Last Jan. 8, Fred Hoiberg was in the thick of a busy NBA season. In his role as vice president of basketball operations for the Minnesota Timberwolves, he had planned a few visits to his beloved Hilton Coliseum, where he’d scout Cyclone player Craig Brackins and other Big 12 talents while silently cheering for the Cardinal & Gold from his courtside seat. He would keep his dream of following in his grandfather’s footsteps as a college coach politely tucked away. Because if there was one head coaching job Hoiberg really wanted, it was Iowa State’s. But as a Cyclone fan, he supported head coach Greg McDermott. He wanted what was best for his alma mater. A few years earlier, he’d made athletics director Jamie Pollard aware of his interest in coming home. And that was going to have to be good enough for then.
But a lot can change in a year. And this is palpably now.
This Jan. 8, Hoiberg will be in the arena where he once accepted his grandfather, Jerry Bush’s, posthumous induction into the University of Nebraska Athletics Hall of Fame. It will be the last time Iowa State plays a conference game at Nebraska, as the Huskers will be leaving to join the Big Ten next season. But the game will be significant for another reason: It will be the first time Hoiberg coaches a conference game in his new role – as the man who landed his dream job at age 37.
The nation raised its collective eyebrow last April when Hoiberg (’95 finance) was introduced as McDermott’s successor – despite having no formal coaching experience. To those on the outside, the hire didn’t make much sense. But to those who know and love “The Mayor,” nothing had ever felt so right.
“Sometimes it just makes too much sense,” Hoiberg’s former ISU coach and current UTEP coach, Tim Floyd, said. “His hire is so logical, and it’s going to be great for Cyclone fans and fans of the game of basketball.”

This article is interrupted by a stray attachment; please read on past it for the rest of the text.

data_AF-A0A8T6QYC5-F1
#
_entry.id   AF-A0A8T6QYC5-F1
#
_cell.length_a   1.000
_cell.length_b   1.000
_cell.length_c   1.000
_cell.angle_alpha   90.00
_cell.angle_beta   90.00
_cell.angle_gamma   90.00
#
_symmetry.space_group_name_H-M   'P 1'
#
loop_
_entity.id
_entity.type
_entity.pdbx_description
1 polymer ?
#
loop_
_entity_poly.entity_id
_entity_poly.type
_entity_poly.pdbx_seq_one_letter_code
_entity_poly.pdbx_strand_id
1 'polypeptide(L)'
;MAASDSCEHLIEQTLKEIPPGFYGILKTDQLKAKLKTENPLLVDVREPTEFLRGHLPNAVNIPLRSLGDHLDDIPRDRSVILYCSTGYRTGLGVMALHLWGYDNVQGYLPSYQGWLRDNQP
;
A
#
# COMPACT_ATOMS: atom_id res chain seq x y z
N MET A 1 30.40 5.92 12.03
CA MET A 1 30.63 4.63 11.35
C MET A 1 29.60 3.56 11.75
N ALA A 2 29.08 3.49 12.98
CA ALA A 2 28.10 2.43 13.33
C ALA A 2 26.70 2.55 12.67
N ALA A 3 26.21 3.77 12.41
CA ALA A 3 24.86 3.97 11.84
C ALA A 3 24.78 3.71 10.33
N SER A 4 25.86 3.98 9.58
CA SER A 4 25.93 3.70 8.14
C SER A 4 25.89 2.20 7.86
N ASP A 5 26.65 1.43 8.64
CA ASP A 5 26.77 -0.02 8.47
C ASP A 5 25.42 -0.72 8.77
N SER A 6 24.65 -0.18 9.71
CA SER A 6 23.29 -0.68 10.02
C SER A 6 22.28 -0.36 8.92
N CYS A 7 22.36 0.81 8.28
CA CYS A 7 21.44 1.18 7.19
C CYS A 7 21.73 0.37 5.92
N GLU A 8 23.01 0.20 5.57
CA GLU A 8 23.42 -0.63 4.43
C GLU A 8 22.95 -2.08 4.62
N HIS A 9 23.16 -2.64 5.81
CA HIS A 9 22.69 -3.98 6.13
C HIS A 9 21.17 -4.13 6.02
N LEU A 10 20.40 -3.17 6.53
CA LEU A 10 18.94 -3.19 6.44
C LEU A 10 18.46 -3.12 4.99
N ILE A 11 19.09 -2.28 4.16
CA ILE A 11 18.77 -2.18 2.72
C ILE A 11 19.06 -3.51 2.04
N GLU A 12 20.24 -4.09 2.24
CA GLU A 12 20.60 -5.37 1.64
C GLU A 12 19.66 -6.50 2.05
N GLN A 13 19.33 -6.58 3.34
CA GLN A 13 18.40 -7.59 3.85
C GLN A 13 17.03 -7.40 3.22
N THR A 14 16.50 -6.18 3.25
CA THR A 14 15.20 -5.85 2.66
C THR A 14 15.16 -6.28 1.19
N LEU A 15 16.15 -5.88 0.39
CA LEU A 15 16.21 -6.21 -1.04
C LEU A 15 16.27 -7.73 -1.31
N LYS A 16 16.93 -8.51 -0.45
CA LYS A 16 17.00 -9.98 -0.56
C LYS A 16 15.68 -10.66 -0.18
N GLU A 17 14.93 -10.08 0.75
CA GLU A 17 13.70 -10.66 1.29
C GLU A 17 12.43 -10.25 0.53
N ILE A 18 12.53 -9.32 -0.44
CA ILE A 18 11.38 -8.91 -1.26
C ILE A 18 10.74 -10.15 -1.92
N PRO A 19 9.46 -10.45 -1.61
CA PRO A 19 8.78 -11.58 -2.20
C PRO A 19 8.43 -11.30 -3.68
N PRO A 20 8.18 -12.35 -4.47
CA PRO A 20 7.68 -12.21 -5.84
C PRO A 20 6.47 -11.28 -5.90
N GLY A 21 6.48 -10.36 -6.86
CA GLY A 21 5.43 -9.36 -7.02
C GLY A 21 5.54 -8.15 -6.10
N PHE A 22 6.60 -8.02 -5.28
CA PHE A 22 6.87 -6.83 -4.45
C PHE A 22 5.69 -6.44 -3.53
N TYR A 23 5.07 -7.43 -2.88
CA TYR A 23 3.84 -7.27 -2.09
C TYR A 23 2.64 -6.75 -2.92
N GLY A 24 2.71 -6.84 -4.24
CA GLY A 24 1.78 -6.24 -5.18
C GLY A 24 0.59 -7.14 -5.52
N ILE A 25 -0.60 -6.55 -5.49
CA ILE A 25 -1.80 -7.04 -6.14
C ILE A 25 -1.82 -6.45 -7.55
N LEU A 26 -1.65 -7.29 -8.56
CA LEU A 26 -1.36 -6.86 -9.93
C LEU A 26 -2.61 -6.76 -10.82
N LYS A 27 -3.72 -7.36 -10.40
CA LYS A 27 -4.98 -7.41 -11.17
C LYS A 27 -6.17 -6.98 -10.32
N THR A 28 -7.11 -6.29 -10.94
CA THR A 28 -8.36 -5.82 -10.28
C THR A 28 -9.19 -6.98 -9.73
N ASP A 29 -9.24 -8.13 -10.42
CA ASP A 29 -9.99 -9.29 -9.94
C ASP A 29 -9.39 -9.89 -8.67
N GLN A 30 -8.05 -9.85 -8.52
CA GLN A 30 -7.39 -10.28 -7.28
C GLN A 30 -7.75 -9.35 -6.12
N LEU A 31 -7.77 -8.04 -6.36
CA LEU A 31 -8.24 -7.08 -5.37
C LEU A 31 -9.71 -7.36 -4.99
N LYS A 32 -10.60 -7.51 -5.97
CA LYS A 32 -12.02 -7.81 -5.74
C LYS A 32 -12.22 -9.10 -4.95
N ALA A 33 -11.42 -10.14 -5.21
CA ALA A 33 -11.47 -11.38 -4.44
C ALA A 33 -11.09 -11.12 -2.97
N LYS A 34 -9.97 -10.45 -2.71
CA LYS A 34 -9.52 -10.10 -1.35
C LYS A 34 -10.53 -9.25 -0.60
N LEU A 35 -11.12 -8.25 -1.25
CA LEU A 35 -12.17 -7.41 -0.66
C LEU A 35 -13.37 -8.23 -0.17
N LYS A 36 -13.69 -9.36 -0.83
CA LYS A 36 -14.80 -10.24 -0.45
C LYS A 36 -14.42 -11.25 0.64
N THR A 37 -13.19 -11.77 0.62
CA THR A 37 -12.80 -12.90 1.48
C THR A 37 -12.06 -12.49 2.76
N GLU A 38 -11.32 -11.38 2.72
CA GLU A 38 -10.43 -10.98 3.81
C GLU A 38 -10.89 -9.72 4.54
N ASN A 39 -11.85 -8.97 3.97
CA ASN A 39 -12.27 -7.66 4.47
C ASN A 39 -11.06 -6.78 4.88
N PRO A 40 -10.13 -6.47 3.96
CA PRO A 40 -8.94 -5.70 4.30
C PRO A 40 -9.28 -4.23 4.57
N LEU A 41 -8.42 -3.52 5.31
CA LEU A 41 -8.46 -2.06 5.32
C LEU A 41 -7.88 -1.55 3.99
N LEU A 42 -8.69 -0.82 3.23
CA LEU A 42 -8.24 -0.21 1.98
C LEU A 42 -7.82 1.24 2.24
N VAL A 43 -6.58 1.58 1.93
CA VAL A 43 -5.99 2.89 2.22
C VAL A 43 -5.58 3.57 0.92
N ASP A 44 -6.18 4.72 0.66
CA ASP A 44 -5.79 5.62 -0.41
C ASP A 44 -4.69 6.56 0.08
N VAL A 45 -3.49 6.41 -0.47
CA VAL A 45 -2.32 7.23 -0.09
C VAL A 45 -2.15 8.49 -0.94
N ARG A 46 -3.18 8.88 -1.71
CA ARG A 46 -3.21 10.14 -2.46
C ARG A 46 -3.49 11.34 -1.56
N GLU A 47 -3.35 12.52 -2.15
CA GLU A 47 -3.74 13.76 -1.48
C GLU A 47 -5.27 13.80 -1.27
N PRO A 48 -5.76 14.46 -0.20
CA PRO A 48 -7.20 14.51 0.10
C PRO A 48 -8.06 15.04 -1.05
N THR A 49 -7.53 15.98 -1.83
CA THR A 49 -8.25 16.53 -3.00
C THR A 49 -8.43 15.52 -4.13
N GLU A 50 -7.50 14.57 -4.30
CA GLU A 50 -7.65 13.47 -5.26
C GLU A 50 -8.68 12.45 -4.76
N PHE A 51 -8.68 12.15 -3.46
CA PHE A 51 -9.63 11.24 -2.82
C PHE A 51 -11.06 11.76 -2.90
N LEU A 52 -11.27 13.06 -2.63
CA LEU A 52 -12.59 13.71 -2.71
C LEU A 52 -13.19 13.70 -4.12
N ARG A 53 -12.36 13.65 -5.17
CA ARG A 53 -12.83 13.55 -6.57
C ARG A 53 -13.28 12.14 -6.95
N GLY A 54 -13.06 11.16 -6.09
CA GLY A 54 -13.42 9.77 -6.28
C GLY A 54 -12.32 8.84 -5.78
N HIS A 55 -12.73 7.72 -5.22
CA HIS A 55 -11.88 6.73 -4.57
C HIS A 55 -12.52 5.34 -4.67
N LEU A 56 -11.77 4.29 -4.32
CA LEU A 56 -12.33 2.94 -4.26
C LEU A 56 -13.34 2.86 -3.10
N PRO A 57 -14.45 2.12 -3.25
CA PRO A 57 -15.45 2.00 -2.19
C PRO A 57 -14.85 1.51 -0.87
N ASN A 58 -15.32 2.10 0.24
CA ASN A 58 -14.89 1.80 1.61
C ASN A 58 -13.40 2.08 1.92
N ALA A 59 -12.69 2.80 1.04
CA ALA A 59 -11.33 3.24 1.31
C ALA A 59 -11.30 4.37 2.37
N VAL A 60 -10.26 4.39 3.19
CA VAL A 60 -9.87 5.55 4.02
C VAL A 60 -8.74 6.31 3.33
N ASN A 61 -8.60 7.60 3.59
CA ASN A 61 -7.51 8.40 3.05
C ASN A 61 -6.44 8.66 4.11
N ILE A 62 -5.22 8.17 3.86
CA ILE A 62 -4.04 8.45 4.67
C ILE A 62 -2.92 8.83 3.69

The man who recruited Hoiberg to ISU, Johnny Orr, agreed. So did Larry Eustachy, the coach who followed Floyd at ISU. So did Timberwolves owner Glen Taylor. And ESPN analyst Jay Bilas. And the thousands of Iowa Staters and Ames community members who had full confidence in the hire because, well, “He’s Fred.”
It can be tough to quantify or explain the “Fred factor” that attracts people to the Ames native and former Cyclone All-American, but there’s no question it exists – and that it’s a huge asset to him in this new endeavor. His father, retired ISU faculty member Eric Hoiberg, says his son has always been extremely confident in his own abilities and, in turn, others have supreme confidence in him. While some may view Hoiberg taking this job as a personal risk to his sterling reputation, neither the coach nor his father see it that way. When you love Iowa State this much and have such high confidence in your ability to meet a challenge, you don’t bat an eye at the chance of a lifetime.
“I think life is full of risk taking, and some people take it on as a challenge,” Eric Hoiberg says. “Fred’s always been the kind of person who looks at risk and doesn’t back away from it. Fred’s got a lot of confidence in his abilities and in his knowledge of the game and, particularly, in his ability to work with people.”
Sure, Hoiberg knows he has something to prove. But his confident and competitive personality relishes the challenge. “I want to make the people of this community and this state proud. I want to make Jamie Pollard look like a genius for making this hire,” he says. “You know, I’m up for this job. It takes a lot of time and effort and energy, and I’m all in.”
One of the people who bought in early to Hoiberg’s confident vision is Bobby Lutz, who now sits alongside Hoiberg on the Cyclone bench as an assistant coach. Lutz, who was fired after 12 seasons by his alma mater, Charlotte, following a 19-win season last year, won 399 career games as a head basketball coach. He’s certainly someone who knows a thing or two about coaching.